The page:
Nagel successfully integrates the life of this complex woman with the well known accounts of how treasures of ancient Athens made their way into the British Museum. After returning to England Lord Elgin began pursuing a divorce from Lady Elgin, not because she had been having an affair, but because she refused to have more children. Nagel praises this as just one of her progressive stances in the early history of women’s rights. When the two divorced the loss of his wife’s wealth forced Lord Elgin to sell his collection to the trustees to the British Museum. Mistress of the Elgin Marbles presents the story of a notable woman, and enriches the history of one of the most controversial collections of art in world history.

The Shadow of the Wind

Whenever I decide that I want to become a writer, I read a book that's so amazing, so wonderfully done, that it quickly diminishes that thought. My writings can never be comparable to the greats, and I believe this Carlos Ruiz Zafon just fell into that category. The Shadow of the Wind immediately lures you in due to its unique and engrossing plot. A bookseller takes his eleven year old son to a building hidden among the debris in post war Barcelona called The Cemetery of Forgotten Books. There, in the literary mausoleum, Daniel, the boy, is allowed to choose one book to make his own--one book to give life to again. Following the maze of shelves and dusty books, he chooses The Shadow of the Wind by Julian Carax. Little does he know how much Carax's novel will change is life. How it will lead him to uncover the truth and solve a mystery that has been hidden for thirty years throughout the streets of Barcelona.

Zafon tells the tale through Daniel's eyes. You learn with him, through his investigations and prying. The story takes bold turns and gives shocking revelations that lead up to the "eyes open wide, holding my breath, don't disturb me" finale. You care for Daniel, for his friends, and for Carax. And you learn that everyone is connected in one way or another--for better or for worse.

The book, originally written in Spanish, is a true masterpiece and deserves its renowned recognition. Although the 485 pages may seem daunting, the prose is so beautiful, you don't seem to notice. The plot progresses slowly, but every description and every detour is completely worth it and almost always important. Just keep track of the characters. Admittedly, I had a hard time doing that at some points.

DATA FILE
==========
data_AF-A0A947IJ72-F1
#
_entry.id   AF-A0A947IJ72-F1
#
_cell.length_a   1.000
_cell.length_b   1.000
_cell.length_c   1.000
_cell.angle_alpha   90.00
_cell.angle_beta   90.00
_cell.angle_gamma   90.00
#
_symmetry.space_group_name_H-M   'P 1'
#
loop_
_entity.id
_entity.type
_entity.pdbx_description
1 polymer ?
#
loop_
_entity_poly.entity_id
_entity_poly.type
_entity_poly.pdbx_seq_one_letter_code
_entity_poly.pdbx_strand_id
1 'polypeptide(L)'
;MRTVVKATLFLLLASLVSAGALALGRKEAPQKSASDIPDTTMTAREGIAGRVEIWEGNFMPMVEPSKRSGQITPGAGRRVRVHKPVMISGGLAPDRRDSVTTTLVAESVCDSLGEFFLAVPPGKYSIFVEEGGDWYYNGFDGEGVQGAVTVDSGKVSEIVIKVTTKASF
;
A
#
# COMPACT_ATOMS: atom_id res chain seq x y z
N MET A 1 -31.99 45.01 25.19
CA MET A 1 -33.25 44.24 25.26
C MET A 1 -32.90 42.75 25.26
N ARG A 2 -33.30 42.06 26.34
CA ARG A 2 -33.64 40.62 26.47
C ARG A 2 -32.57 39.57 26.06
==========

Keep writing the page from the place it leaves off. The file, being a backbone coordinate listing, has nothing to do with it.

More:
I highly recommend the book for anyone who is interested in tale that weaves mystery, danger, love, and life together brilliantly in a cobweb of disguise. Or, as Daniel puts it towards the middle, "It's a story of love, of hatred, and of the dreams that live in the shadow of the wind."

Saturday, April 12, 2008

The Post-Birthday World

I've found that as my life has begun to get crammed full with work and weddings, friends and family, I've gotten more choosy with my book selections. I'm a huge book whore, but I just don't have time to waste on books that aren't really doing it for me.

Which makes me glad I picked up "The Post-Birthday World" by Lionel Shriver.

Anyone who's watched the movie "Sliding Doors" and saw how tricky it can be to follow two stories being played out simultaneously will appreciate this book. It's far more detailed and funny than the movie it shares much in common with.

It's the tale of an American artist, Irina McGovern who lives in London with her long-time boyfriend. They are friends with a famous snooker player named Ramsey Acton, and celebrate Ramsey's birthday together every year. One year Irina's boyfriend Lawrence cannot make the birthday dinner- and Irina and Ramsey meet for dinner alone. They get drunk and kiss. Or, they get drunk and Irina goes home without kissing Ramsey.

Each chapter continues on- one story follows Irina as she lives a life of guilt for having cheated on Lawrence and deals with the eventual break up and her new romance with Ramsey. The other follows Irina and Lawrence as they deal with their relationship, one filled with surprises and heartbreak.

I promise it's not as complicated as I'm making it sound. My favourite part of the story is how the author ensures that many of the same events happen, the same lines are said by a character but depending on which path Irina chose (to kiss or not to kiss..) the context is completely different.

It's a choose your own adventure for the adult world- a well written, richly worded account of what happens when you follow down both the path you chose and the road not taken.